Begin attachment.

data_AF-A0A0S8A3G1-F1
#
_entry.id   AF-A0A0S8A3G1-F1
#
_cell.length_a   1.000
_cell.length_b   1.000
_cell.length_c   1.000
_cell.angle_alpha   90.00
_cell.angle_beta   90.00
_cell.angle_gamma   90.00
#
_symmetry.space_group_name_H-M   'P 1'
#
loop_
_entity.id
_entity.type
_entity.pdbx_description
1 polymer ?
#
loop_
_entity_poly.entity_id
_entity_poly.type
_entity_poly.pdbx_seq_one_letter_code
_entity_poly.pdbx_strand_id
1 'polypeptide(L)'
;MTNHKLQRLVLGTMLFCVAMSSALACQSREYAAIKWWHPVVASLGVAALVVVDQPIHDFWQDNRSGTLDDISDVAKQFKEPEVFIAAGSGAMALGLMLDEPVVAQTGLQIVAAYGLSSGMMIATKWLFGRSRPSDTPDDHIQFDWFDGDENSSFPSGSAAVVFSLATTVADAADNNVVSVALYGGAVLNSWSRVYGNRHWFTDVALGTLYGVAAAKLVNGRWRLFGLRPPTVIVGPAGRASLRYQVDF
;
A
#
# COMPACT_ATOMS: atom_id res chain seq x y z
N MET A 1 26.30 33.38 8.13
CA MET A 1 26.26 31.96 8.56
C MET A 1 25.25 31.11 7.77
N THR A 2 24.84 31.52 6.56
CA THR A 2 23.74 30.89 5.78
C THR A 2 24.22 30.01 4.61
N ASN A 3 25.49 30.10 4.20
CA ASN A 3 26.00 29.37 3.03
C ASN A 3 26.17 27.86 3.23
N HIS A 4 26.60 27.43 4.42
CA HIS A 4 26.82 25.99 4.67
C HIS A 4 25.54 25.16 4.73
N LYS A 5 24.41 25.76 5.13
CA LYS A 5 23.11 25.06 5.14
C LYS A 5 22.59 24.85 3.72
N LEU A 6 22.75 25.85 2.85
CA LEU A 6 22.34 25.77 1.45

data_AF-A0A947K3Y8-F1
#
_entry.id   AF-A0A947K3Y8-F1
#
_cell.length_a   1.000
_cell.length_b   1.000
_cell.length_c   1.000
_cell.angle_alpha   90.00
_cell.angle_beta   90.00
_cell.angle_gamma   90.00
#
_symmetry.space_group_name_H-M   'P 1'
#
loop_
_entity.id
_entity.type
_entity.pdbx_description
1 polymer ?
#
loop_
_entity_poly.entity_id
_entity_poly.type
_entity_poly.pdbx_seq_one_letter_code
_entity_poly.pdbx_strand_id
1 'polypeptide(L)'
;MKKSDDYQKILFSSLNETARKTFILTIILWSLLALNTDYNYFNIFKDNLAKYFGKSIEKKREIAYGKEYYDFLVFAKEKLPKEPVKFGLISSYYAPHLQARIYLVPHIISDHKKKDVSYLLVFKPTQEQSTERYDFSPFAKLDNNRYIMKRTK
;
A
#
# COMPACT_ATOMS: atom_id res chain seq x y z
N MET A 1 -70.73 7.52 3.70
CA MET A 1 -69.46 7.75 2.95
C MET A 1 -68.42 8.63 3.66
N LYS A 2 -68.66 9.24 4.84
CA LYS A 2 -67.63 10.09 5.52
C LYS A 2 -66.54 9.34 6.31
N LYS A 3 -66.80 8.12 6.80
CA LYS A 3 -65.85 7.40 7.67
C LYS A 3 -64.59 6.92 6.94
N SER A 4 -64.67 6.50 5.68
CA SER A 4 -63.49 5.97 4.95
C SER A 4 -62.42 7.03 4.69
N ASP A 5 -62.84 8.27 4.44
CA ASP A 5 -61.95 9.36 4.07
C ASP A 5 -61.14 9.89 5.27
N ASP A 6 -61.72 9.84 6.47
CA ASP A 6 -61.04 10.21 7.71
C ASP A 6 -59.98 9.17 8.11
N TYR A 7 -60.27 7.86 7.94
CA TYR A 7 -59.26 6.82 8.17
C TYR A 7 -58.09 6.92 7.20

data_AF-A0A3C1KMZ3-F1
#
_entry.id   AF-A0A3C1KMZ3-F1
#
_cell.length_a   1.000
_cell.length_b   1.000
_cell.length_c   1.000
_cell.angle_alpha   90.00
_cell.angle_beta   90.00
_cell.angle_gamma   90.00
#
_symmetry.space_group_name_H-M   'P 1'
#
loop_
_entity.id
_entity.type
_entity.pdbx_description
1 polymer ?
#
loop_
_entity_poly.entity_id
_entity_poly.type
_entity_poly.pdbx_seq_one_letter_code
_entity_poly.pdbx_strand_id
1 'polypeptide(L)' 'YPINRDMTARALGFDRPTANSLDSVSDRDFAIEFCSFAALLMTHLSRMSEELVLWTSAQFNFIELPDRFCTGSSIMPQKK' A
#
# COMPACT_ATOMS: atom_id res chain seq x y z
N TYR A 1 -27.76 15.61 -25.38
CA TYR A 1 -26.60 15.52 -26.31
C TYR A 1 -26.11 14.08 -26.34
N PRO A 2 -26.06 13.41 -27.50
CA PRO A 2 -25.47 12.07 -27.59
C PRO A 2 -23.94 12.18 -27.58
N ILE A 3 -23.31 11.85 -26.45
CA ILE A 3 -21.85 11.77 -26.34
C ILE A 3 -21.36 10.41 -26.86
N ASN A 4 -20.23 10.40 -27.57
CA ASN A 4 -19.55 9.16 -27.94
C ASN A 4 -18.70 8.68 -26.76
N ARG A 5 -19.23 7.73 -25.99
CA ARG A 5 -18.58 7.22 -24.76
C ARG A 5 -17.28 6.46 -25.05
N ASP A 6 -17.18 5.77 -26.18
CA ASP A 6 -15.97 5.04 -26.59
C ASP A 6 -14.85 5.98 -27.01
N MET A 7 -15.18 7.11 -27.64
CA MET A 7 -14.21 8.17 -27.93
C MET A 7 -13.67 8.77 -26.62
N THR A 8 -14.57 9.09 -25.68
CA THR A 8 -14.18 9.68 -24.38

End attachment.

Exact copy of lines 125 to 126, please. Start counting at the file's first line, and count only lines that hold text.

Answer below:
# COMPACT_ATOMS: atom_id res chain seq x y z
N TYR A 1 -27.76 15.61 -25.38